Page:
Hoffa told friends he was going to meet with two Mafia leaders at the Machus Red Fox restaurant in Bloomfield Township. When he didn't return by late that evening, his wife called the police, who found his car in the parking lot, but no sign of Hoffa. He was finally declared dead in 1982. There have been rumors, since disproved, that he was murdered and his body was buried in the end zone at Giants Stadium.

Emily Brontë (books by this author) was born in Thornton, Yorkshire, England, on this day in 1818. She was the daughter of a clergyman, and the sister of Anne and Charlotte Brontë; there was also a brother, Branwell, who was an artist and poet. Emily's mother died of cancer when Emily was only three, and because their father was a quiet, solitary man who spent much of his time in his room, the children soon learned to entertain themselves. They read Shakespeare, Milton, and Virgil, played the piano, and told each other stories. Charlotte and Branwell created an imaginary land, Angria, so Anne and Emily came up with the country's rival, Gondal; the four children wrote histories of their imaginary lands and populated them with a rich cast of characters. Emily never outgrew her fascination with Gondal, and continued to think up stories and poems about it until her death. All three Brontë sisters were writers, and they published under male-sounding pseudonyms: Acton, Currer, and Ellis Bell. Emily only produced one novel — Wuthering Heights (1847) — and many critics didn't like it much, finding it too brutal and dark.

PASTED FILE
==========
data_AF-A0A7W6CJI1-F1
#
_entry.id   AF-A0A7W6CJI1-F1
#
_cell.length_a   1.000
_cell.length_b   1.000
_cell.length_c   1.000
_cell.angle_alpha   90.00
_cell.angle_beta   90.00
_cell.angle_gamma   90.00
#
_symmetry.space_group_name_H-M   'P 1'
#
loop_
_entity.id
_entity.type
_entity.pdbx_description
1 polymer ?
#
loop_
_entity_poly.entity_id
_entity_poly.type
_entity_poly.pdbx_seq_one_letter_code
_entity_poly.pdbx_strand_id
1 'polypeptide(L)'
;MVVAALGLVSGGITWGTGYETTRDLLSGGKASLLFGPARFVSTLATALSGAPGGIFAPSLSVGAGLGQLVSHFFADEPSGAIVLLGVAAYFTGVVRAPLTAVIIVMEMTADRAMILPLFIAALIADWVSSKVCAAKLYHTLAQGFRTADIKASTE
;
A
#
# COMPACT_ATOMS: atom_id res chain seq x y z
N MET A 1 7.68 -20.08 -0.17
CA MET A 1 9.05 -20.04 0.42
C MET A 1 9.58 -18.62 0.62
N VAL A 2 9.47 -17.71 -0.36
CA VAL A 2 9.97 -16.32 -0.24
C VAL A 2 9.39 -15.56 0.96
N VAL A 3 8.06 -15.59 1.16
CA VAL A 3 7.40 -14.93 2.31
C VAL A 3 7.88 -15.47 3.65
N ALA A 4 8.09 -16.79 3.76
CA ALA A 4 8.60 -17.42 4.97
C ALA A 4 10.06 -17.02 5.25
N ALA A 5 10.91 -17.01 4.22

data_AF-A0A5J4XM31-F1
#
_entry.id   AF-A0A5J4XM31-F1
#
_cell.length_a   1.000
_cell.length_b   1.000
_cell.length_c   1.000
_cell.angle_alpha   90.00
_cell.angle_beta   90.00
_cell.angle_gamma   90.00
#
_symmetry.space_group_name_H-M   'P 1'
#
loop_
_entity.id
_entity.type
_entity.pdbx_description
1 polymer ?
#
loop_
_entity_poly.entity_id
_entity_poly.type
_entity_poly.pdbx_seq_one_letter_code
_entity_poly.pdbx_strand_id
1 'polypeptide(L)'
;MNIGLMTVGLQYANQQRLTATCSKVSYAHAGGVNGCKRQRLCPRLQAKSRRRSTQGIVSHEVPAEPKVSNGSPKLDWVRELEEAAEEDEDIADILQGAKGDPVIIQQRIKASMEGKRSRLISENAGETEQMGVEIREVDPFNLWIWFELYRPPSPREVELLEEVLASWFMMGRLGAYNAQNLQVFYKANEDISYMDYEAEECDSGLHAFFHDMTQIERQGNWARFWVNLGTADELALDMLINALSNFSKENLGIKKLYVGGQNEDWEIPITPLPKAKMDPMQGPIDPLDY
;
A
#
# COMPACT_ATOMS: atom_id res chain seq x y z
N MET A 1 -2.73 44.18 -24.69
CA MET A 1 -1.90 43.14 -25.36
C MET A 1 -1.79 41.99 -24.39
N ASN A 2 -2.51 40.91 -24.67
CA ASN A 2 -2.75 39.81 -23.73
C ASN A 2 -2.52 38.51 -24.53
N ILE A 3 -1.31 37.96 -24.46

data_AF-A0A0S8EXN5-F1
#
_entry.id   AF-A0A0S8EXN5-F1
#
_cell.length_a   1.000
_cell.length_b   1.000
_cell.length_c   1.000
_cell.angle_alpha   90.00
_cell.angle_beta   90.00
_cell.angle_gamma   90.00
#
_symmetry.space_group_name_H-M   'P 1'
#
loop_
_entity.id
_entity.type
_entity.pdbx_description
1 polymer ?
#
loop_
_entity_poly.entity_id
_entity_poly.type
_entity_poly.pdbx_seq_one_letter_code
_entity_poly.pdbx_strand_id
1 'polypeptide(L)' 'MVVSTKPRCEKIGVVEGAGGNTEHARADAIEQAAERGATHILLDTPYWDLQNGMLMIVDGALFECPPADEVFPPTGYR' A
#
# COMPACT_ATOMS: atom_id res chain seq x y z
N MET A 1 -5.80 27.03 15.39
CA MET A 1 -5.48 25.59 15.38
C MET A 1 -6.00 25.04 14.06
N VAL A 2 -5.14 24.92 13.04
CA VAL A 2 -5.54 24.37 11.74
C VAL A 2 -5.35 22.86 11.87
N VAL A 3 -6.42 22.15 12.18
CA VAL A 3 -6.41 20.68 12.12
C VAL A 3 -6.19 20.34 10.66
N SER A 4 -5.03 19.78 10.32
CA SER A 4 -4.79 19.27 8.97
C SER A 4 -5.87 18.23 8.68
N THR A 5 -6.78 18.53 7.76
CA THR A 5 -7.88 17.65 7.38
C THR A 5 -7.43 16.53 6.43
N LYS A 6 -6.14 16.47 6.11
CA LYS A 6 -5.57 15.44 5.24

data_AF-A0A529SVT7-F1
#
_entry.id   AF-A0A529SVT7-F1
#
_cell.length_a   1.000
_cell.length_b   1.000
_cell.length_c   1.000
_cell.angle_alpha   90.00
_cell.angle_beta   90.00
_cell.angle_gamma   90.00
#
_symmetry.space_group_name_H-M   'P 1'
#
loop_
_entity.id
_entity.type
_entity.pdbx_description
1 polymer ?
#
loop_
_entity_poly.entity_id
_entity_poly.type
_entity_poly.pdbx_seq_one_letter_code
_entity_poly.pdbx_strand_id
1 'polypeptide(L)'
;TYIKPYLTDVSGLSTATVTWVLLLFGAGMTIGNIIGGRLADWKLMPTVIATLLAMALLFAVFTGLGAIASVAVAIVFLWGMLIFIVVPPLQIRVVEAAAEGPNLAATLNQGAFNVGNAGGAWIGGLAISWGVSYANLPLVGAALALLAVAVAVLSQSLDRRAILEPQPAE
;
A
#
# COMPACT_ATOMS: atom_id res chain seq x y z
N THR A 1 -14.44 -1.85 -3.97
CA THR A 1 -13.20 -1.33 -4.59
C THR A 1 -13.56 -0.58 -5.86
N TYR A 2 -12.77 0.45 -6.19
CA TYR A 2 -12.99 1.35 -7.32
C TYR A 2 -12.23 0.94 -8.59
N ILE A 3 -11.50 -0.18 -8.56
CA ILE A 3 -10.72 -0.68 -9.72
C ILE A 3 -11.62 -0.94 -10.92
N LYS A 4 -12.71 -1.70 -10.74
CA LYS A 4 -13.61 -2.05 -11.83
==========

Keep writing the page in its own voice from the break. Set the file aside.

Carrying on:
Most of what we know about Emily comes from things other people have written about her. She stayed close to home, mostly just talked to her family and the servants, and didn't leave behind many personal papers: just two short letters, two diary pages from her teenage years, and two "birthday papers," written when she was 23 and 27. Some historians try to infer things about her life or personality from Wuthering Heights, but of the three Brontë sisters, she drew the least from her own experience to write her novel, so it's not a reliable source.

In 1845, Charlotte discovered some of Emily's notebooks filled with poetry, which she had written in secret, and encouraged her to publish her poems. Emily was angry at the invasion of her privacy, and refused, until Charlotte produced the poems that she herself had written, also in secret. As it happened, Anne had been writing poetry too, so the sisters self-published a volume called Poems by Currer, Ellis, and Acton Bell in 1846. Reviews of the day were not good, but since then, Emily's work has gained in reputation and she's now considered one of the great English lyric poets. Emily Dickinson thought so highly of her that she requested Brontë's "No Coward Soul is Mine" be read at her funeral.

Emily's health suffered in the months after Wuthering Heights was published, and she wore herself out caring for Branwell, who by this time was an alcoholic and drug addict, and was dying of tuberculosis. She caught a cold at his funeral and refused all medical attention. She died three months later.

From "No Coward Soul is Mine," which Charlotte later said were the last lines Emily ever wrote:

Though Earth and moon were gone
And suns and universes ceased to be
And thou wert left alone
Every Existence would exist in thee
There is not room for Death
Nor atom that his might could render void
Since thou art Being and Breath
And what thou art may never be destroyed.

Be well, do good work, and keep in touch.®




  • “Writers end up writing stories—or rather, stories' shadows—and they're grateful if they can, but it is not enough. Nothing the writer can do is ever enough” —Joy Williams